The Agent: THE AGENT'S DOG Just Doesn't Have the Same Ring To It

Erin Hosier muses on the importance of a memorable book title.

Titles are my life. I spend a lot of time thinking them up, judging other people's, debating them with colleagues, and ripping them off from song lyrics, catch phrases or some other piece of pop culture. The fact that you can't copyright them is very exciting to me. Sometimes you get a feeling as an agent that if you have the perfect title you just can't possibly go wrong with a submission. Of course, this has been proven to be shockingly false, but that won't stop me from obsessing.

Every year since 1978, Bookseller Magazine, a trade rag out of England, awards the Diagram Prize to the oddest titled book of the year. 2009's winner is CROCHETING ADVENTURES WITH HYPERBOLIC PLANES by Daina Taimina. Though this sounds like it could be a short story collection published by Viking, this book is actually an arty tribute to geometry.

Glancing yesterday at The New York Times' bestseller lists while eating a box of just-stale-enough Peeps, I made note of the titles that most stuck out to me.

In Hardcover Fiction, #5 right now is BITE ME by Christopher Moore. The one-sentence plot description allows it's about "Saving San Francisco from a vampyre cat." Awesome.

In Hardcover Nonfiction, hanging in at #8 after 8 weeks on the list is THE IMMORTAL LIFE OF HENRIETTA LACKS.The story of the woman whose cancer cells were cultured without her permission in 1951, this bestseller is one of those hard-won successes.The editor of this unique book by Rebecca Skloot, told me that this was an especially tough title to come up with because the subject and story were little-known and not exactly easy to explain. In the end, in lieu of a subtitle, Crown's cover includes a 26-word description below the title in which they incorporate both italics and a serif font.

A little further down the list sits IF YOU HAVE TO CRY, GO OUTSIDE by Kelly Cutrone, everyone's favorite NY fashion publicist. I love the free advice included right there in the title. If you want to find out what to do on those days when you have to wail aloud while watching yourself in the mirror, you'll have to buy the book.

Scanning the memoirs, it looks like celebs these days try not to take themselves too seriously. (I mean I think that's what they're not doing.) See sTORI TELLING by Tori Spelling (dumb yet affable), I AM OZZY by Ozzy Osborne (succinct), and talk show host Chesea Handler's CHELSEA CHELSEA BANG BANG (took me a sec, but okay).

In Paperback Fiction I'm happy to see the wonderful Robert Goolrick's at #5 with A RELIABLE WIFE. I wonder if Algonquin had to twist his arm to put "Wife" in the title. This wife has a descriptive adjective, but I'd be remiss not to mention the recent trend of wives of Others... THE TIME TRAVELER'S WIFE, AHAB'S WIFE, THE PILOT'S WIFE, and THE SENATOR'S WIFE. Oh, and lets not forget the daughters: THE MEMORY KEEPER'S DAUGHTER, THE ABORTIONIST'S DAUGHTER, THE HERETIC'S DAUGHTER, THE BONESETTER'S DAUGHTER, THE CONCUBINE'S DAUGHTER... Those are off the top of my head.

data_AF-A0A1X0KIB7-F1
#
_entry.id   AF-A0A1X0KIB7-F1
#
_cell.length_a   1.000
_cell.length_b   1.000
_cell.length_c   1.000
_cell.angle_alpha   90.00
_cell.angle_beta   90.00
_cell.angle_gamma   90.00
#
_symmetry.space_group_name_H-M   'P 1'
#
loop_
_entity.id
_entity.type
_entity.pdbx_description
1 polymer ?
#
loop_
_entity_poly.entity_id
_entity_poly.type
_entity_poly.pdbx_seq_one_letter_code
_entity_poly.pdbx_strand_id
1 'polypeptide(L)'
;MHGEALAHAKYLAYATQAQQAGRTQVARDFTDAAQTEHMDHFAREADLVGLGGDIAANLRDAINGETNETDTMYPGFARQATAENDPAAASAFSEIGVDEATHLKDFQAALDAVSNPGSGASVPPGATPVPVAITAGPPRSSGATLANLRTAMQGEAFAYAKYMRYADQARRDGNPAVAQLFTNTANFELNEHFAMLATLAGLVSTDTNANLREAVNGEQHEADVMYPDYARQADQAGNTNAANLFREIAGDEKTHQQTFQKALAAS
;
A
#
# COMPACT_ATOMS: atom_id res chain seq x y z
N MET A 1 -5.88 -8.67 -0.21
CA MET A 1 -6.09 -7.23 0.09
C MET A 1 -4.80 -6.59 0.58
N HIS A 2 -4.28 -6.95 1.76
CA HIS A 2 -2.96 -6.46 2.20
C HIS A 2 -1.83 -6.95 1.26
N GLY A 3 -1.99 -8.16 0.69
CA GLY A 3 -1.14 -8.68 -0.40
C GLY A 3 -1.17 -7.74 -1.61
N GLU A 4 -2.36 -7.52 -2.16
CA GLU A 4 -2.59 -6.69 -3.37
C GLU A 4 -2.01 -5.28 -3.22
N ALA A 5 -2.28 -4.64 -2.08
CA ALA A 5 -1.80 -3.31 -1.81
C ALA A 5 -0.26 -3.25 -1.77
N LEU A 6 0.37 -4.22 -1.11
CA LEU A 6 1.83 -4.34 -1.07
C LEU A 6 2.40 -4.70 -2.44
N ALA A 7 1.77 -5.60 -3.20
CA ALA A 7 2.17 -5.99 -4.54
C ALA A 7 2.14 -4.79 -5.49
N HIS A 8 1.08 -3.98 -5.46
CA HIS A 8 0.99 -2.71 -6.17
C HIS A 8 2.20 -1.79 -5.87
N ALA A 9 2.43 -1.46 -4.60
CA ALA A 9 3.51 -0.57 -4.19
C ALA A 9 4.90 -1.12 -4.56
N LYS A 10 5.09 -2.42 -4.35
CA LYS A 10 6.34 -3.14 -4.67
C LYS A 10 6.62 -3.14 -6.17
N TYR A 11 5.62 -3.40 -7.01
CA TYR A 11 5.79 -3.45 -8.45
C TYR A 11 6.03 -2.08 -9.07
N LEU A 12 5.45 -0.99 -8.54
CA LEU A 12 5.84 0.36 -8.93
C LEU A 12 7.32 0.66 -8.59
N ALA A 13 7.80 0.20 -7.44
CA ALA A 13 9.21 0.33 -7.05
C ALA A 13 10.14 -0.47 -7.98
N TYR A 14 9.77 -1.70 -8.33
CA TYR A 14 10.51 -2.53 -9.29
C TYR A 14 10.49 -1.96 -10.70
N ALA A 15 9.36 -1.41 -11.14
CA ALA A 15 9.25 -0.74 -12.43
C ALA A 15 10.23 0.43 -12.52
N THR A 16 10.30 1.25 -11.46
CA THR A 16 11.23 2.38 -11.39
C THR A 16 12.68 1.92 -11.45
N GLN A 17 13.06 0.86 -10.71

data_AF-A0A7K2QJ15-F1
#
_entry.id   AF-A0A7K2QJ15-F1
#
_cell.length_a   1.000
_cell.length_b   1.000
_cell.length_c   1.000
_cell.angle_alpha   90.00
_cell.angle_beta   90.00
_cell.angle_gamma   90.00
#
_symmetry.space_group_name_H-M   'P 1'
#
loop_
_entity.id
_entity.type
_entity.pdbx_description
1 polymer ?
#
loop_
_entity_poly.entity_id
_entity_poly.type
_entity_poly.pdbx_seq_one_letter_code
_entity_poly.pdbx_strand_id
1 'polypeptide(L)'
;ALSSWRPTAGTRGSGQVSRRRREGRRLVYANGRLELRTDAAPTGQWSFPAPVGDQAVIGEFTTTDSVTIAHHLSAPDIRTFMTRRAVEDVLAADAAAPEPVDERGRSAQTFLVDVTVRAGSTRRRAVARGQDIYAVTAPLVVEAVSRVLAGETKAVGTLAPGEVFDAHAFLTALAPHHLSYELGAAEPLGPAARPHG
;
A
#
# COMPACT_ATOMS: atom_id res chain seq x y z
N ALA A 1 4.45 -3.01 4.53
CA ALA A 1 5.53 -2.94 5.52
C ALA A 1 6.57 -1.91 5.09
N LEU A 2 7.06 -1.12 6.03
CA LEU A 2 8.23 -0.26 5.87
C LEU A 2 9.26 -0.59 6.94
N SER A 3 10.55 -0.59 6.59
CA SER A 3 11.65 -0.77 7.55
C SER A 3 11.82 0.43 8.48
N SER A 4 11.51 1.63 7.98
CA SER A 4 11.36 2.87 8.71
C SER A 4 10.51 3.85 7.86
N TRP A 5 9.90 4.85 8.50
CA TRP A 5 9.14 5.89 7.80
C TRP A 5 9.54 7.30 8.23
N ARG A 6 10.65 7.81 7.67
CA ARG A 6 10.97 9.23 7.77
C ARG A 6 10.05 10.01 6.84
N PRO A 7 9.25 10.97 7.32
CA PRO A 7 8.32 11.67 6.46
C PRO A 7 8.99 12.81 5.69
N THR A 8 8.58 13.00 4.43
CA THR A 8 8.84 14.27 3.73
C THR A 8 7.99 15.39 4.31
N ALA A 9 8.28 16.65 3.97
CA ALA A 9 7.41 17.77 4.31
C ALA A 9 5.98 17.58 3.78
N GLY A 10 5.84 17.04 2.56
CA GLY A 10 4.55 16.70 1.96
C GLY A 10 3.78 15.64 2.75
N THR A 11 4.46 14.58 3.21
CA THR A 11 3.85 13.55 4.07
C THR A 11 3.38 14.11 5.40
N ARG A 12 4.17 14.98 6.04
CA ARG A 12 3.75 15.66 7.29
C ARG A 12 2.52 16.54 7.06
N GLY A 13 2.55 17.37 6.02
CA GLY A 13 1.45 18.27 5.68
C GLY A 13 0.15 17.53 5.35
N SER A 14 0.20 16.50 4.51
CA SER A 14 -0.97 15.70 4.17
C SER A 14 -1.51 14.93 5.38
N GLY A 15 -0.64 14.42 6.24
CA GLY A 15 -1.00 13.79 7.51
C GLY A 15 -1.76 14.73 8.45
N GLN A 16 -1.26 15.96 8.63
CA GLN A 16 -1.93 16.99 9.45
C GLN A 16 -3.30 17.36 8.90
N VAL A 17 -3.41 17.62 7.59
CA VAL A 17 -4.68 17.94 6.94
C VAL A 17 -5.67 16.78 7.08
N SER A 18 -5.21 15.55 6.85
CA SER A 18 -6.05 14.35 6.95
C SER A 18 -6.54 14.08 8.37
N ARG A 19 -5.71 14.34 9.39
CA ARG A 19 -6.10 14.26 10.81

Here's a throwback, but for some reason WE NEED TO TALK ABOUT KEVIN by Lionel Shriver struck me as the most hilarious title I'd ever seen on the cover of a (very serious) manuscript. For months after I heard it I abused it mercilessly in e-mails. WNTTAK became synonymous with "We Need to Meet for Many Beers After Work." The book of course went on to be became a critical and commercial success.

What are your favorite recent titles, for better or for worse?

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Comment by monica dobos garg on April 8, 2010 at 9:21pm
Comment by Rebecca Rasmussen on April 8, 2010 at 8:41pm
It's not recent, but Lorrie Moore's "You're Ugly, Too." If that doesn't make people want to pick up a book I don't know what will :)
Comment by Eileen Granfors on April 7, 2010 at 9:13am
Hilarious and true. I am a big fan of Amanda Eyre Ward's titles: How to Be Lost, Forgive Me. Another one that I loved by Wildgen, "You're Not You." WNTTAK seemed so wordy, but loved the book. Maybe all I need to do to sell my ms. is retitle it?
Comment by Ginger B. Collins on April 7, 2010 at 8:23am
Erin, you've already mentioned many of my favorite recent titles. I'm always drawn to the double-meaning, like Alice Munro's two short story collections, Who Do You Think You Are? and Things I've Been Meaning to Tell You. They leave so much to the imagination.

Really enjoy your column!
Ginger B.
Comment by Erin Hosier on April 6, 2010 at 8:05pm
Oh, Jenne. I can assure you I will not be compiling my blog posts any time soon, but I sure do like you a lot for saying that. Peeps with Impunity!


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